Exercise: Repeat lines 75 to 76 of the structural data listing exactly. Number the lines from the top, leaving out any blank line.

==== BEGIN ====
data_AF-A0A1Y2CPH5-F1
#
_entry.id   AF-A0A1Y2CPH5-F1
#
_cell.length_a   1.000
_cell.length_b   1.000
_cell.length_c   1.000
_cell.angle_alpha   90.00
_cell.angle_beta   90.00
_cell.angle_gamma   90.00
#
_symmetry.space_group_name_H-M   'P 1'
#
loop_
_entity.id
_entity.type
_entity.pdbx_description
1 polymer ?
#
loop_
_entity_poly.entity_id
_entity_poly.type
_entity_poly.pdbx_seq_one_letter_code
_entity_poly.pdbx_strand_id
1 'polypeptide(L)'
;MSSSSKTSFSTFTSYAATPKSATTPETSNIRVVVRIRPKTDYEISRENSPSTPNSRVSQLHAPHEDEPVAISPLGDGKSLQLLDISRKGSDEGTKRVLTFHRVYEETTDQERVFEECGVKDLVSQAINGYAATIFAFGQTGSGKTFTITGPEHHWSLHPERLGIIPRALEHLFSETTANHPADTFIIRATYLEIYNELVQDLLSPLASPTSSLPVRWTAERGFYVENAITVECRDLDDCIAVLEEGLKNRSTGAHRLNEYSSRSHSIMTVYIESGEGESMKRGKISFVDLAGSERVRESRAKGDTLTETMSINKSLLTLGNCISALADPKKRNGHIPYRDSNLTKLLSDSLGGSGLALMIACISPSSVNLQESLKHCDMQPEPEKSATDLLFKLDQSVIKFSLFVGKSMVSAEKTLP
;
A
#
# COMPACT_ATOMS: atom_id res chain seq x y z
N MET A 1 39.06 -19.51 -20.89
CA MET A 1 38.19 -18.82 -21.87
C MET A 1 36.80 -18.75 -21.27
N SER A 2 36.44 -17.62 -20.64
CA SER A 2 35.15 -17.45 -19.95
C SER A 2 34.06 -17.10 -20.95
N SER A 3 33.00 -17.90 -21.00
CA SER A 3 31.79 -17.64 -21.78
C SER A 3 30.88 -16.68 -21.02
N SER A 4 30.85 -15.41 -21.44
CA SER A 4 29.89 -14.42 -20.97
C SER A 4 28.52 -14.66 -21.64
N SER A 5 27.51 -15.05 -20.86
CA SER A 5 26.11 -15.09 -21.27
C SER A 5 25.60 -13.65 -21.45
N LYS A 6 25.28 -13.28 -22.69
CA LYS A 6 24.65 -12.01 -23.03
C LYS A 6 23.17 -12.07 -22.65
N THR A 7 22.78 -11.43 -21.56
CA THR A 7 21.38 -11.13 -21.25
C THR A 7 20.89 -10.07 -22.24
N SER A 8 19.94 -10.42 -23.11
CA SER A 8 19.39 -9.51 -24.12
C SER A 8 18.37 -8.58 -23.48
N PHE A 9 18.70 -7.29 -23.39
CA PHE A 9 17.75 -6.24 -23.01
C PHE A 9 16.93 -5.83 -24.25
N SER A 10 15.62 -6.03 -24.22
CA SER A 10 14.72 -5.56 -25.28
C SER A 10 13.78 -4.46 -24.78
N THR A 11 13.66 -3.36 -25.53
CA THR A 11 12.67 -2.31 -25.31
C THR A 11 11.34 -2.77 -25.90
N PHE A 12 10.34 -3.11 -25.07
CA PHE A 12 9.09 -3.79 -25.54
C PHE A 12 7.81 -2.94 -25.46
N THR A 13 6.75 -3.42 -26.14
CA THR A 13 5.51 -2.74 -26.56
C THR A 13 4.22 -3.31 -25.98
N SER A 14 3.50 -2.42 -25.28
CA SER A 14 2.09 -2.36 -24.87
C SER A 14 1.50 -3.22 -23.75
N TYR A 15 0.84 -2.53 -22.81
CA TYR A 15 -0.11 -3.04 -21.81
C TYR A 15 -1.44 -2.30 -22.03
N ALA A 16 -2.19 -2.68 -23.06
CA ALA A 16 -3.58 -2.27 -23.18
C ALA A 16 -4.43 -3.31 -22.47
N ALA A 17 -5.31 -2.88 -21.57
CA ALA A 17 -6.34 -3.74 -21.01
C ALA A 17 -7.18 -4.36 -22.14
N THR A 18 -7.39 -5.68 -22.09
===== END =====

C TYR A 15 -1.44 -2.30 -22.03
N ALA A 16 -2.19 -2.68 -23.06